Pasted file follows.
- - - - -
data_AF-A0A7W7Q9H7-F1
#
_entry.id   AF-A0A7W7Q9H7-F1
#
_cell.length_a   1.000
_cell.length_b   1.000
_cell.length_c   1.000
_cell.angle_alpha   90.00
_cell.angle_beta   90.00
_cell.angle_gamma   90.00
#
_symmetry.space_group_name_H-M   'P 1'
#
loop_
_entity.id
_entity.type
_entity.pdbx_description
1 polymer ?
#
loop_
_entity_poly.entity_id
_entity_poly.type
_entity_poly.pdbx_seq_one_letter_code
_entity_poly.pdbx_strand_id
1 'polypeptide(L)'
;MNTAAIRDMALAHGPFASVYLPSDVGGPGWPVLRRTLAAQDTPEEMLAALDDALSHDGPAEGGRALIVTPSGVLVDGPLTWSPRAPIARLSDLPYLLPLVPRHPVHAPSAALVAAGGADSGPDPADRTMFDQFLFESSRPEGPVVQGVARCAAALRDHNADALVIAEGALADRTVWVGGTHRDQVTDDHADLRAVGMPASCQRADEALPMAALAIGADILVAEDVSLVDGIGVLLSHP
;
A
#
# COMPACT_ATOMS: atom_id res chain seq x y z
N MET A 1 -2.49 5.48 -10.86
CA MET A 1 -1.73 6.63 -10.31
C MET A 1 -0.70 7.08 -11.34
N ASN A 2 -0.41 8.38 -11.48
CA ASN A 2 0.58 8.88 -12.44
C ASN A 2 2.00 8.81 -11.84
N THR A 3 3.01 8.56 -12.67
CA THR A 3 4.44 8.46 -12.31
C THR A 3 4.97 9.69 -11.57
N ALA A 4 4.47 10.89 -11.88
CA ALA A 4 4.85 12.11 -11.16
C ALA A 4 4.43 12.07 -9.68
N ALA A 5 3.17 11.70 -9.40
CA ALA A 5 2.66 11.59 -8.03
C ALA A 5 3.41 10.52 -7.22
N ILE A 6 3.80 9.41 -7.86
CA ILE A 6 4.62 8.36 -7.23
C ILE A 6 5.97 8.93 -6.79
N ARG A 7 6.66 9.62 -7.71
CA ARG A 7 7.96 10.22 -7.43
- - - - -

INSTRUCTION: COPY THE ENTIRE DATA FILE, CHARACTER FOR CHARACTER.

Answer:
data_AF-A0A7W7Q9H7-F1
#
_entry.id   AF-A0A7W7Q9H7-F1
#
_cell.length_a   1.000
_cell.length_b   1.000
_cell.length_c   1.000
_cell.angle_alpha   90.00
_cell.angle_beta   90.00
_cell.angle_gamma   90.00
#
_symmetry.space_group_name_H-M   'P 1'
#
loop_
_entity.id
_entity.type
_entity.pdbx_description
1 polymer ?
#
loop_
_entity_poly.entity_id
_entity_poly.type
_entity_poly.pdbx_seq_one_letter_code
_entity_poly.pdbx_strand_id
1 'polypeptide(L)'
;MNTAAIRDMALAHGPFASVYLPSDVGGPGWPVLRRTLAAQDTPEEMLAALDDALSHDGPAEGGRALIVTPSGVLVDGPLTWSPRAPIARLSDLPYLLPLVPRHPVHAPSAALVAAGGADSGPDPADRTMFDQFLFESSRPEGPVVQGVARCAAALRDHNADALVIAEGALADRTVWVGGTHRDQVTDDHADLRAVGMPASCQRADEALPMAALAIGADILVAEDVSLVDGIGVLLSHP
;
A
#
# COMPACT_ATOMS: atom_id res chain seq x y z
N MET A 1 -2.49 5.48 -10.86
CA MET A 1 -1.73 6.63 -10.31
C MET A 1 -0.70 7.08 -11.34
N ASN A 2 -0.41 8.38 -11.48
CA ASN A 2 0.58 8.88 -12.44
C ASN A 2 2.00 8.81 -11.84
N THR A 3 3.01 8.56 -12.67
CA THR A 3 4.44 8.46 -12.31
C THR A 3 4.97 9.69 -11.57
N ALA A 4 4.47 10.89 -11.88
CA ALA A 4 4.85 12.11 -11.16
C ALA A 4 4.43 12.07 -9.68
N ALA A 5 3.17 11.70 -9.40
CA ALA A 5 2.66 11.59 -8.03
C ALA A 5 3.41 10.52 -7.22
N ILE A 6 3.80 9.41 -7.86
CA ILE A 6 4.62 8.36 -7.23
C ILE A 6 5.97 8.93 -6.79
N ARG A 7 6.66 9.62 -7.71
CA ARG A 7 7.96 10.22 -7.43